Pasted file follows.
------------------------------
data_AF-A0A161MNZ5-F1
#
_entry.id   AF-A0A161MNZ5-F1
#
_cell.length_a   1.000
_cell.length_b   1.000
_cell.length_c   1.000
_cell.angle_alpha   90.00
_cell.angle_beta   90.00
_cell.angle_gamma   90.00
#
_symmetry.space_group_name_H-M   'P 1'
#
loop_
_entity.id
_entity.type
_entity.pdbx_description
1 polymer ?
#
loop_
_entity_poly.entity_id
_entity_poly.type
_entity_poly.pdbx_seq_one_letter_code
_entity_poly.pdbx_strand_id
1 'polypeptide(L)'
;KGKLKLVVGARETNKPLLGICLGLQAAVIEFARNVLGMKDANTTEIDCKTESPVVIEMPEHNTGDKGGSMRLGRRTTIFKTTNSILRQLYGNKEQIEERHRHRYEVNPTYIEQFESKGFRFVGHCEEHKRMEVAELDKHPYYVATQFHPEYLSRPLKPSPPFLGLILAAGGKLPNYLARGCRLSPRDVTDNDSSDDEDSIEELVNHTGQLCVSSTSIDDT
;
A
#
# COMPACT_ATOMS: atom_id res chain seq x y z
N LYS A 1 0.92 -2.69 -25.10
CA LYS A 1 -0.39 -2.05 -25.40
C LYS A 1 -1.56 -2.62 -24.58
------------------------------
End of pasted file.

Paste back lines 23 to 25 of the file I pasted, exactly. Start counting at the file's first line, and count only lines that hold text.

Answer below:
_entity_poly.pdbx_seq_one_letter_code
_entity_poly.pdbx_strand_id
1 'polypeptide(L)'